Simin Behbahani, a towering figure in Persian literature who became known as the “lioness of Iran” for poetry in which she elegantly and courageously laid bare the suffering of the destitute, the marginalized and the oppressed, died Aug. 19 at a hospital in Tehran. She was 87.
The cause was a cardiopulmonary ailment, said her daughter, Omid Behbahani.
For decades — from the era of the Western-backed shah to the rule of the ayatollahs that followed the 1979 Iranian Revolution — Ms. Behbahani was one of her country’s most celebrated writers.
She was 14 when she published the first of her hundreds of poems and was in her 80s, and nearly blind, when she wrote her last. Her work was collected in 19 volumes that were translated, read and honored around the world. At times, her name surfaced on lists of contenders for the Nobel Prize in literature.
For millions of Iranians inside the country and abroad, Ms. Behbahani was the “eloquent voice of conscience,” said Farzaneh Milani, a scholar of Persian literature at the University of Virginia who translated many of Ms. Behbahani’s works into English.
Readers of her poetry encounter a prostitute who uses rouge to mask a face “withered from sorrow,” a woman stoned to death for her alleged adultery, a child who steals the pistachios his family is too poor to buy, and a mother who, grieving the loss of her son in the Iran-Iraq war of the 1980s, laces together her dead child’s boots and wears them like a necklace.
“I have said again and again that my poetry is the poetry of the moments of my life,” Ms. Behbahani once told the publication Guernica. “I’ve experienced years when the sky over me was blackened with the smoke of missiles and the ground on which I walked turned into ruins under exploding bombs. I’ve seen convoys of war martyrs on their way to the cemeteries. I’ve seen lorries carrying the bodies of executed prisoners, dripping with blood . . . ”
“I’ve stood in long lines,” she continued, “in the rain and under the sun, just to buy a pack of butter or a box of paper napkins. I’ve seen mothers running after the corpses of their martyred sons, oblivious to whether their headscarves or their chadors or their stockings and shoes were slipping off or not.”
Although Ms. Behbahani rejected political ideologies, her work became increasingly dissentious after the Islamic revolution that installed Ayatollah Khomeini. One of her most noted poems was written in 1982 and published the following year. The poem begins:
My country, I will build you again,
If need be, with bricks made from my life.
I will build columns to support your roof,
If need be, with my bones.
I will inhale again the perfume of flowers
Favored by your youth.
I will wash again the blood off your body
With torrents of my tears.
Government authorities often attempted to intimidate Ms. Behbahani and other writers who sought to defy censors, whether explicitly or through metaphor.
In the 1990s, while visiting a German diplomat, Ms. Behbahani was blindfolded, taken to prison and released the next day in the street with the blindfold still over her eyes. At an International Women’s Day event in Tehran, she told The Washington Post, a police officer beat her with a club that delivered electric shocks.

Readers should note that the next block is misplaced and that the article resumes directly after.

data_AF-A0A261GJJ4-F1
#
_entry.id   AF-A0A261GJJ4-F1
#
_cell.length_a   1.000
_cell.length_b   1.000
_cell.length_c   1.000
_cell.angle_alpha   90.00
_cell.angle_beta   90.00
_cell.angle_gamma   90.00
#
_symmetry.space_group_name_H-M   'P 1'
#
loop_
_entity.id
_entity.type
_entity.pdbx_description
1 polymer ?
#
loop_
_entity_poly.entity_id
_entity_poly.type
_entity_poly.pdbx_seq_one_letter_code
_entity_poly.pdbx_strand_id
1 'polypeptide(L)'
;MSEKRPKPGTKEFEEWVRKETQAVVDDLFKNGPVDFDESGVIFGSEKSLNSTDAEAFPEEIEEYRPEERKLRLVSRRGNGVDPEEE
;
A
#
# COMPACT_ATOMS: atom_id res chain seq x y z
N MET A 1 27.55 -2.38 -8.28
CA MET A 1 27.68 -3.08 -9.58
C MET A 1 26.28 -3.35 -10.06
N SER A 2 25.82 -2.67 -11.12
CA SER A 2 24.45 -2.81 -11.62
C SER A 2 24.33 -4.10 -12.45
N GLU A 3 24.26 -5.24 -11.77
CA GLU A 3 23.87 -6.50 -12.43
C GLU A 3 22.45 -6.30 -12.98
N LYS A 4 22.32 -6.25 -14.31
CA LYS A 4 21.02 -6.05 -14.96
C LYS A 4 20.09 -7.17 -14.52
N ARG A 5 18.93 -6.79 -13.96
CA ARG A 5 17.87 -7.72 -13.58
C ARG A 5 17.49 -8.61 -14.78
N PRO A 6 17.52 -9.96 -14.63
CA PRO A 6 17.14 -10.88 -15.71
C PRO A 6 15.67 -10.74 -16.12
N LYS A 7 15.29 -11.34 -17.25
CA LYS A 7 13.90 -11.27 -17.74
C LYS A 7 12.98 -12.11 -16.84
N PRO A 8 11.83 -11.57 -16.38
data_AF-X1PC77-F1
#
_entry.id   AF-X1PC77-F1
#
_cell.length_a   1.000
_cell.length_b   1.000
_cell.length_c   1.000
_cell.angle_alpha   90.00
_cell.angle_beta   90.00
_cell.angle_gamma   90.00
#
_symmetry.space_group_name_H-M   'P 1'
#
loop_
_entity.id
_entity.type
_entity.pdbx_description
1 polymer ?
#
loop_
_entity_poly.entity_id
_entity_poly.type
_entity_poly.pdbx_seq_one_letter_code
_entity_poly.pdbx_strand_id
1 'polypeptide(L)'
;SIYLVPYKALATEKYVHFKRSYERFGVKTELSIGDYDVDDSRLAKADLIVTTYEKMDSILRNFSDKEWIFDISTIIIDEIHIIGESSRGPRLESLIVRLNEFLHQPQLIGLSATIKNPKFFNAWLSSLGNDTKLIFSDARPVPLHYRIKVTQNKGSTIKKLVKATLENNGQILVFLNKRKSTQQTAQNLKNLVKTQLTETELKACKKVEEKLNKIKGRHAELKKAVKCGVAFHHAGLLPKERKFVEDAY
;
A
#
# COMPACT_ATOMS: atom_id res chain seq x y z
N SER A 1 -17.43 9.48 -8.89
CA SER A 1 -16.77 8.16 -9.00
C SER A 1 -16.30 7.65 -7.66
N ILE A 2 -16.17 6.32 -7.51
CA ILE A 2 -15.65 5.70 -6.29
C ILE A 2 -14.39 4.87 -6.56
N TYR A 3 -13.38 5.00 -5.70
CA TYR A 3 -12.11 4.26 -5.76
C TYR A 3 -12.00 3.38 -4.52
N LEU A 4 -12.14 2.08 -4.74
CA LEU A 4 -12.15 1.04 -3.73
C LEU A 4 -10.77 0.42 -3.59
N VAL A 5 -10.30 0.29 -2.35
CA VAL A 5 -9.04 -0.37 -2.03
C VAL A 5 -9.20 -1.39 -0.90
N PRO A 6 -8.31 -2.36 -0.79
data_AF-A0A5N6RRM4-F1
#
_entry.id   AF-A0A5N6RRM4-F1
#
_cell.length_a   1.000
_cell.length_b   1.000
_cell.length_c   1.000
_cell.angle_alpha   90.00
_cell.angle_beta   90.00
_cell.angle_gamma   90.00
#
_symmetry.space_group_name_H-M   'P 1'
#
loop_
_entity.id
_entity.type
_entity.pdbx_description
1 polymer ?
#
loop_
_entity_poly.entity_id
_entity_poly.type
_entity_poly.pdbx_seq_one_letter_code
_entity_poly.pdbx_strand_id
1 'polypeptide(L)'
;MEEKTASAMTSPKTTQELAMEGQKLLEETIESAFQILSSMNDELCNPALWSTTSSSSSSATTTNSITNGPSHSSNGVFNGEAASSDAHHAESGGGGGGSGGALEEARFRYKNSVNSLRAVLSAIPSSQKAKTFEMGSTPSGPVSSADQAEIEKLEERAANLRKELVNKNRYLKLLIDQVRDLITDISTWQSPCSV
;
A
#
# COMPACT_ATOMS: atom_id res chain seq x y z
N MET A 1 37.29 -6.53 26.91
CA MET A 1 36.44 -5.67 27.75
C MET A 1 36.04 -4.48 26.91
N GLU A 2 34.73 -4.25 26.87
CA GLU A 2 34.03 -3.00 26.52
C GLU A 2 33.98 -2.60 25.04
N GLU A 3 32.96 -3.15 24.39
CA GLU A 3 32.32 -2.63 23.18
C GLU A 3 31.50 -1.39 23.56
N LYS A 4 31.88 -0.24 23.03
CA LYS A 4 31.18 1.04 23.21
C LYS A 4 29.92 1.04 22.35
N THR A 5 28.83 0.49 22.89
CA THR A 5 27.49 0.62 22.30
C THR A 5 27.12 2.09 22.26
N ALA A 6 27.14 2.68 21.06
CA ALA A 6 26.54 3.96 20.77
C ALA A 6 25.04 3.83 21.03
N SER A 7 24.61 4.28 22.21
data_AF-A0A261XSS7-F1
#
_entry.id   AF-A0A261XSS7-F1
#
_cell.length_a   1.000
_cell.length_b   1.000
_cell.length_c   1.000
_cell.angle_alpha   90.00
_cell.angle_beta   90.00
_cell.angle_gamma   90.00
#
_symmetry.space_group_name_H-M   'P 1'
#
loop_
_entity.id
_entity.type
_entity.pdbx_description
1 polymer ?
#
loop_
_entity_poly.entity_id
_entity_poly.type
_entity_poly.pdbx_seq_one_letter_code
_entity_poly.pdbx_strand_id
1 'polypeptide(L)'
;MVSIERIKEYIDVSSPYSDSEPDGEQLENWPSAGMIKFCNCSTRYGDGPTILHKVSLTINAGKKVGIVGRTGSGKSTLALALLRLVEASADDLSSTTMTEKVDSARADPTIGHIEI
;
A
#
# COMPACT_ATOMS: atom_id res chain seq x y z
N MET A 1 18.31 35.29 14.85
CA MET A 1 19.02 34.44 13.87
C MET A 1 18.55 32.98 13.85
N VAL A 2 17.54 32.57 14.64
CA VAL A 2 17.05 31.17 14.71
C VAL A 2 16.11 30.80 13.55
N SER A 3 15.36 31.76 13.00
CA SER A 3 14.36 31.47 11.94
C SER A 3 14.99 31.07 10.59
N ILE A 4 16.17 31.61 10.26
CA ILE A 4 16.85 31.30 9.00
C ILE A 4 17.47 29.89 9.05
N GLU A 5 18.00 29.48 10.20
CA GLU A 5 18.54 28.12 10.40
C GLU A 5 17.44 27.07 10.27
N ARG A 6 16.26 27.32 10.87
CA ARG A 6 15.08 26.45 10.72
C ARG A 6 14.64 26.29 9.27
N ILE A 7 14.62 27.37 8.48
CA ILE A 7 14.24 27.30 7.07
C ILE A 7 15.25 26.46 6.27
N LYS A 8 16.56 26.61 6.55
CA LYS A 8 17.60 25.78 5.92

State authorities reportedly shuttered a publication that printed one of Ms. Behbahani’s poems. In 2010, as she prepared to travel to Paris for an International Women’s Day event there, she was stripped of her passport.
The next year, in a statement on the Iranian new year, President Obama recited from “My Country, I Will Build You Again” and hailed Ms. Behbahani as a woman “who has been banned from traveling beyond Iran, even though her words have moved the world.”
While many intellectuals left Iran after the revolution, Ms. Behbahani chose to remain — to be close to her people and the language they shared.
“I want to live there,” she told The Post, “and die there.”
Siminbar Khalili was born July 19, 1927, in Tehran. Her father, a prominent writer and editor, was exiled for a period by the shah. Her mother was a poet and women’s rights activist. Both parents, who were divorced, encouraged her educational development.
Ms. Behbahani received a law degree from the University of Tehran but did not work as a lawyer. Instead, during the 1950s, ’60s and ’70s, she taught high school while composing poetry.
Besides her poems, she wrote three autobiographical volumes, two collections of short stories, copious literary articles and essays, and lyrics for well-known Iranian singers. Many of her poems were set to music.
Among students and scholars of Persian literature, she was recognized for her command — and renovation — of the ghaza l, a poetic form that is often compared with an English sonnet. Traditionally, a ghazal expressed a man’s feelings for a woman. Ms. Behbahani reversed hundreds of years of literary practice by making men the objects of love.
In one poem, called “Old Eve,” she described the abiding desire of an 80-year-old woman who is still “busy / Offering apples.” The poem ends:
Adam! Leave behind objections and denials
Come! Take a look!
The Eve of eighty
Rivals girls of twenty.
She was divorced from her first husband, Hassan Behbahani. Her second husband, Manouchehr Koushyar, died in 1984 after 14 years of marriage. Survivors include three children from her first marriage, Ali Behbahani and Hossein Behbahani, both of Tehran, and Omid Behbahani of Canberra, Australia; a half-sister; four half-brothers; six grandchildren; and three great-grandchildren.
Thousands were reported to have attended Ms. Behbahani’s funeral in Tehran on Aug. 22.
“You may wish to have me burned, or decide to stone me,” she once wrote. “But in your hand match or stone will lose their power to harm me.”